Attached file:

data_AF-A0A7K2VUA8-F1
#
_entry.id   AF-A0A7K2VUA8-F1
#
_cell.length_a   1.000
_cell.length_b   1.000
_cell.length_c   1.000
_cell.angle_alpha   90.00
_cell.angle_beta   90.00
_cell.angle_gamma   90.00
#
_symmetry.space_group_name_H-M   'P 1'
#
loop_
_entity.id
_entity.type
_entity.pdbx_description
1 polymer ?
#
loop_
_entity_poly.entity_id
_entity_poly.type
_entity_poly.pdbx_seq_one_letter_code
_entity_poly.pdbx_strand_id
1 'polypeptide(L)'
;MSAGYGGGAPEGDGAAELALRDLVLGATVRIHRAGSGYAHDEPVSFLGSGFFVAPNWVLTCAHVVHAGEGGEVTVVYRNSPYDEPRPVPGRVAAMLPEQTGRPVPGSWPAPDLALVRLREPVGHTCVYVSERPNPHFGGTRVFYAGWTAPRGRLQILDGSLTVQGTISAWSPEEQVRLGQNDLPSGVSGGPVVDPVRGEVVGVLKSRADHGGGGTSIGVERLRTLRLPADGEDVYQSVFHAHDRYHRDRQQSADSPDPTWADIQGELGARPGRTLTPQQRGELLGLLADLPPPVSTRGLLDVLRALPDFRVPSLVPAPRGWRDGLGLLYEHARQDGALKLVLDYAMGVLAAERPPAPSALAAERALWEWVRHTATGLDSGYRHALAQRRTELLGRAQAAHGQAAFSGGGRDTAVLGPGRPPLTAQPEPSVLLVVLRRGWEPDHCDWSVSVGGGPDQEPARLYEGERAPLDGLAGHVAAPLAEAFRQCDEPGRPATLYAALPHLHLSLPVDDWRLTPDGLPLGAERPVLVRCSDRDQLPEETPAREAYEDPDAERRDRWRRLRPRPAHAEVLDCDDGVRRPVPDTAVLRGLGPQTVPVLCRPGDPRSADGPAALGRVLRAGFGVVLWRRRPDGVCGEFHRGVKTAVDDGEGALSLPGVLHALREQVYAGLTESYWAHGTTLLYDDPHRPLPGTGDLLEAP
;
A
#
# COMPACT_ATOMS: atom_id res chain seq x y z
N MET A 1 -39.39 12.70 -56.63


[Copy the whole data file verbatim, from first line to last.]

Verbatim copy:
data_AF-A0A7K2VUA8-F1
#
_entry.id   AF-A0A7K2VUA8-F1
#
_cell.length_a   1.000
_cell.length_b   1.000
_cell.length_c   1.000
_cell.angle_alpha   90.00
_cell.angle_beta   90.00
_cell.angle_gamma   90.00
#
_symmetry.space_group_name_H-M   'P 1'
#
loop_
_entity.id
_entity.type
_entity.pdbx_description
1 polymer ?
#
loop_
_entity_poly.entity_id
_entity_poly.type
_entity_poly.pdbx_seq_one_letter_code
_entity_poly.pdbx_strand_id
1 'polypeptide(L)'
;MSAGYGGGAPEGDGAAELALRDLVLGATVRIHRAGSGYAHDEPVSFLGSGFFVAPNWVLTCAHVVHAGEGGEVTVVYRNSPYDEPRPVPGRVAAMLPEQTGRPVPGSWPAPDLALVRLREPVGHTCVYVSERPNPHFGGTRVFYAGWTAPRGRLQILDGSLTVQGTISAWSPEEQVRLGQNDLPSGVSGGPVVDPVRGEVVGVLKSRADHGGGGTSIGVERLRTLRLPADGEDVYQSVFHAHDRYHRDRQQSADSPDPTWADIQGELGARPGRTLTPQQRGELLGLLADLPPPVSTRGLLDVLRALPDFRVPSLVPAPRGWRDGLGLLYEHARQDGALKLVLDYAMGVLAAERPPAPSALAAERALWEWVRHTATGLDSGYRHALAQRRTELLGRAQAAHGQAAFSGGGRDTAVLGPGRPPLTAQPEPSVLLVVLRRGWEPDHCDWSVSVGGGPDQEPARLYEGERAPLDGLAGHVAAPLAEAFRQCDEPGRPATLYAALPHLHLSLPVDDWRLTPDGLPLGAERPVLVRCSDRDQLPEETPAREAYEDPDAERRDRWRRLRPRPAHAEVLDCDDGVRRPVPDTAVLRGLGPQTVPVLCRPGDPRSADGPAALGRVLRAGFGVVLWRRRPDGVCGEFHRGVKTAVDDGEGALSLPGVLHALREQVYAGLTESYWAHGTTLLYDDPHRPLPGTGDLLEAP
;
A
#
# COMPACT_ATOMS: atom_id res chain seq x y z
N MET A 1 -39.39 12.70 -56.63